Copenhagen Talks Tough on Climate Protest Plans


COPENHAGEN — At an abandoned beer warehouse in this city’s Valby district,
law enforcement officials have constructed an elaborate holding
facility with three dozen steel cages to accommodate more than 350
potential troublemakers during a United Nations climate conference that gets under way here on Monday. 

Critics call the holding pens
— and a variety of other security preparations made as thousands of
government officials, heads of state, environmental groups and assorted
anarchists descend on the Danish capital — over the top. The police say
the reactions of the critics are overheated, if predictable.

is surely the biggest police action we have ever had in Danish
history,” said Per Larsen, the chief coordinating officer for the
Copenhagen police force. “But I think the complaints are the kind we
are very used to hearing in this country.”

Officials have made it
clear that they aim to keep the peace during the 12-day conference,
organized under United Nations auspices. From new laws rushed through
Parliament allowing stiffer fines and extended detentions for those
deemed unruly to public displays of newly acquired antiriot and
emergency equipment, leaders here say they are preparing for the worst
while hoping for the best. Meanwhile, a variety of protest and advocacy
groups — some with obscure political lineage — have signaled in online
postings and other public statements that they will not be cooperating.

Mr. Larsen said that about $122 million was being spent to secure the city and to fortify the Bella Center,
a sprawling site southeast of central Copenhagen where more than 15,000
participants and onlookers will gather as negotiators forge the
framework for an agreement to address climate change.

steel fences atop concrete barricades surround the center, and vehicles
can enter only through well-armed police checkpoints. The southern
reaches of the Inderhavnen Canal, which runs just west of the center,
are embroidered with concertina wire to prevent access by water.

Germany and Sweden have contributed vehicles and bomb-sniffing dogs, and Denmark has received permission from the European Commission, the executive body of the European Union, to reintroduce border checkpoints should it be necessary.

Thursday, the police set a car on fire as part of a demonstration of a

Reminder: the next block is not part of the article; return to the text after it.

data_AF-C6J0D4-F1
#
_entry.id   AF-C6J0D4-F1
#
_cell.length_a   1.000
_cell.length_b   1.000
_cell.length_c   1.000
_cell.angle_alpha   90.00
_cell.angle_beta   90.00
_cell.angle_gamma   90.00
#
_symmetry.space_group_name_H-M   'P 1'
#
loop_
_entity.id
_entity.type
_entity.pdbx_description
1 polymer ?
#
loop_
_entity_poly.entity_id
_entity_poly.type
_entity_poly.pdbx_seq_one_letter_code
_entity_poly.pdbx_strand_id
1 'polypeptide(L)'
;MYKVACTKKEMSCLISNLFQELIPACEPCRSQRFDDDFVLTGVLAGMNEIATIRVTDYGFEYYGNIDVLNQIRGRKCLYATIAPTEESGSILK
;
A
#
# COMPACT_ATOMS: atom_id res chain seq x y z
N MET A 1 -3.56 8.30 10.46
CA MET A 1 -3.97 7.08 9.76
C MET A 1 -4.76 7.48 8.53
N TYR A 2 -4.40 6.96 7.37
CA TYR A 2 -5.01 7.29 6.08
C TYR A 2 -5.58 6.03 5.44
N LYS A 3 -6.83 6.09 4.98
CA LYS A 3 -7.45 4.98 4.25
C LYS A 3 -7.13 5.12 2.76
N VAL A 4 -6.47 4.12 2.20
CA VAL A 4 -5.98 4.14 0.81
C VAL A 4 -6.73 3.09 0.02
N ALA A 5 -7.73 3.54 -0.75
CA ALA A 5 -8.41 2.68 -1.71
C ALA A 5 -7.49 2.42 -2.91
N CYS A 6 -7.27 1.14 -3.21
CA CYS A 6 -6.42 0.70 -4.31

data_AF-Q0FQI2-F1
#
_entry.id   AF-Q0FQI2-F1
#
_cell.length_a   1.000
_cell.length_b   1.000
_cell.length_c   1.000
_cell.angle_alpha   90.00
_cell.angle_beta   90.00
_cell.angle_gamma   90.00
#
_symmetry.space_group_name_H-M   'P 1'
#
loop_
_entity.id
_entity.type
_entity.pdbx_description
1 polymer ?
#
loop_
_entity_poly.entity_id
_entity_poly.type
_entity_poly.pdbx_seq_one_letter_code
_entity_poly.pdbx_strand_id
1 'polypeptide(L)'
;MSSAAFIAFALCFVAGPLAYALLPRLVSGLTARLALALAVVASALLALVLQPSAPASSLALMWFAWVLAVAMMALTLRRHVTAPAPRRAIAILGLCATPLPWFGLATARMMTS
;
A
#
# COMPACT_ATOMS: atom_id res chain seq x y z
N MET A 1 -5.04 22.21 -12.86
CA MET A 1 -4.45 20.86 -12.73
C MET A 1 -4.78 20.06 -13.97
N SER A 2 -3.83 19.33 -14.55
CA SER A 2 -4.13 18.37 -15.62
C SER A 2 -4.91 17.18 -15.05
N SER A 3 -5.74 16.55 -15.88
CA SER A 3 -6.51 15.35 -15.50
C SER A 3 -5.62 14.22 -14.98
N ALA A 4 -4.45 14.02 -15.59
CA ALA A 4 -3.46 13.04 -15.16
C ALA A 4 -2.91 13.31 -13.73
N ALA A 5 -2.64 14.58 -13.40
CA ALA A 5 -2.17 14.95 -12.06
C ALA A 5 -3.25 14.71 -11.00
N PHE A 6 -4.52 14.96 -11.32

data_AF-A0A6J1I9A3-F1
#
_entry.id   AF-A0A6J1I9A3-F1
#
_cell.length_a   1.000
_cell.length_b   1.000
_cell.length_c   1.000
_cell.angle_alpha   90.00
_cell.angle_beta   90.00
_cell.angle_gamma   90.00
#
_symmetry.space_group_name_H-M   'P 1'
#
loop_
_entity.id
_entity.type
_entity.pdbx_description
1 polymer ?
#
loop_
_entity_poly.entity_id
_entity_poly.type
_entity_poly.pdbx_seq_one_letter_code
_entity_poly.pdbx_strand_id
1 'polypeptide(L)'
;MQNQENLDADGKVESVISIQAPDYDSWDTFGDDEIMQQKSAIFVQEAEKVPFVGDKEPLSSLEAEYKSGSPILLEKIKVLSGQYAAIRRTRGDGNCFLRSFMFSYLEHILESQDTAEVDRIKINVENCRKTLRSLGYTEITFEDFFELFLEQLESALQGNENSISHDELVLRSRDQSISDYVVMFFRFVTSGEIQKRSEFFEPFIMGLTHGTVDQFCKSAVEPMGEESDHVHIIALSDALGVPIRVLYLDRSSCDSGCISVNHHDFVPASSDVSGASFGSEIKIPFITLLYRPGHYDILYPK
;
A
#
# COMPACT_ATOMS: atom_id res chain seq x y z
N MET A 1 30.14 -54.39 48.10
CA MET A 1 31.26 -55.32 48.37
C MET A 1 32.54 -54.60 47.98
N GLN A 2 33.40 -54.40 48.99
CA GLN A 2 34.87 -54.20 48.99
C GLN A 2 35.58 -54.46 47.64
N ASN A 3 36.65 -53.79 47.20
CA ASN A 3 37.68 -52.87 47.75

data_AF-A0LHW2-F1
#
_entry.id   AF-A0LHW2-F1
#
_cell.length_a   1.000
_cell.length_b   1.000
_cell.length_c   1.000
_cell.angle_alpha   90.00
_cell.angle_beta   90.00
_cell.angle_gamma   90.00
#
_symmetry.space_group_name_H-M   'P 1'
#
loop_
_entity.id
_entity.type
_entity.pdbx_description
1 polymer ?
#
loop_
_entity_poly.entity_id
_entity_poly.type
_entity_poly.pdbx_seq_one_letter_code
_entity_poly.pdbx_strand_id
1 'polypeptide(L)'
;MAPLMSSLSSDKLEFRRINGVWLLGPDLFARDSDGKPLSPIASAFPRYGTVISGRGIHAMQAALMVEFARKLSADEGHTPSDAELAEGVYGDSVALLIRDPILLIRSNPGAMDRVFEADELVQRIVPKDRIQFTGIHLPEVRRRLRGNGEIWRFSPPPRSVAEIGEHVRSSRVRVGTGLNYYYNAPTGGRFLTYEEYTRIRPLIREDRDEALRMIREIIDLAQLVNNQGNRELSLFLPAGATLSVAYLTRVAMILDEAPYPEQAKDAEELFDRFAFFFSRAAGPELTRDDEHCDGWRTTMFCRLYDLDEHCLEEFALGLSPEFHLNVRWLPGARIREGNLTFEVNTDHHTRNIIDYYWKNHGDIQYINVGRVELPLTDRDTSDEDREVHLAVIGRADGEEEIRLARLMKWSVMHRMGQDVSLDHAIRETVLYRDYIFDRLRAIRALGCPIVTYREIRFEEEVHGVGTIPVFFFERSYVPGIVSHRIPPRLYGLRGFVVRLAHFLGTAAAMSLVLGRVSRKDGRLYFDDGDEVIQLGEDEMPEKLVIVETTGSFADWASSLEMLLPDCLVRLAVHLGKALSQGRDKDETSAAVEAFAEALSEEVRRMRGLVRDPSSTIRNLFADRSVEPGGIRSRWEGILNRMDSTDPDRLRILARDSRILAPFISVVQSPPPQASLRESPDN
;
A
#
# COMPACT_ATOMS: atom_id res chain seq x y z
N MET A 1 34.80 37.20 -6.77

newly acquired water cannon, which is also capable of dispersing
crowds. Police officers from various parts of Denmark have been
reassigned to Copenhagen, bringing the force here to around 6,500

In a reflection of security concerns, the police
briefly restricted access to the Bella Center on Sunday as journalists
arrived for a news conference. An officer who would not give his name
said that the police were scrutinizing a suspicious object to make sure
it was not a bomb. It turned out to be a suitcase filled with clothes.

of some human rights and environmental groups have said that the show
of force could keep peaceful demonstrators at home.

“Obviously, the police have to be ready for whatever might occur,” said Lene Vennits, general secretary for People’s Climate Action,
an umbrella organization representing dozens of Danish environmental
and advocacy groups. “On the other hand, we think the rhetoric, with
pictures of the new water cannon and the fires, is too much, and we are
afraid that the ordinary Danish demonstrator will be frightened away.”

Demonstrations, like a march from the city center to the United Nations
meeting place on Saturday, will be permitted by the police at
pre-approved sites or along specified routes. More spontaneous
gatherings will also be tolerated, although the police issued a
statement banning open-air meetings that “may constitute a danger to
the public order.”

The statement also stipulated that
participants in public demonstrations “are not allowed to conceal their
faces in whole or in part with a hood, a mask, paint or similar.”

the rules, several organizations are promising to test Copenhagen’s
definition of law and order. An organization called Climate Justice
Action has announced plans to penetrate the Bella Center and “take over
the conference for one day and transform it into a Peoples Assembly,”
according to a statement on the group’s Web site.

A murkier organization called Never Trust A COP — a reference to the 15th Conference of the Parties, the official name of the United Nations meeting
— promises on its Web site that members will “consciously attack the
structures supporting the COP15” and “break through the lines of their

Mr. Larsen said that his officers would have low
tolerance for behavior that deviates from “Danish society as we prefer
it to be.”

The police will be helped in that regard by new laws
that allow them to arrest and hold people for up to 40 days for
“hindering the police.” Other protesters deemed to be a problem can be
held for 12 hours without formal charges.

Most short-term detainees will pass through the holding facility at the former Carlsberg
beer depot, designed to process up to 1,000 people over a 24-hour
period. Ida Thuesen, a spokeswoman for the human rights group Amnesty
Denmark, called that plan inhumane.

“International standards
require that people being arrested are not humiliated, that they should
have room to lie down and sleep and go to the toilet,” she said. “These
cages are not good enough.”

Mr. Larsen said that the holding pens, while not luxurious, was in keeping with all international conventions.

emphasized that the police would allow people to express themselves
peacefully, but those looking to stir discord on the streets or to
commandeer the proceedings should think twice.

“If you listen
to their announcements, they say they want to enter the Bella Center on
the 16th to make a speech on the negotiation floor,” he said. “I can
only say that they will not be able to enter the Bella Center.”

Lars Kroldrup contributed reporting.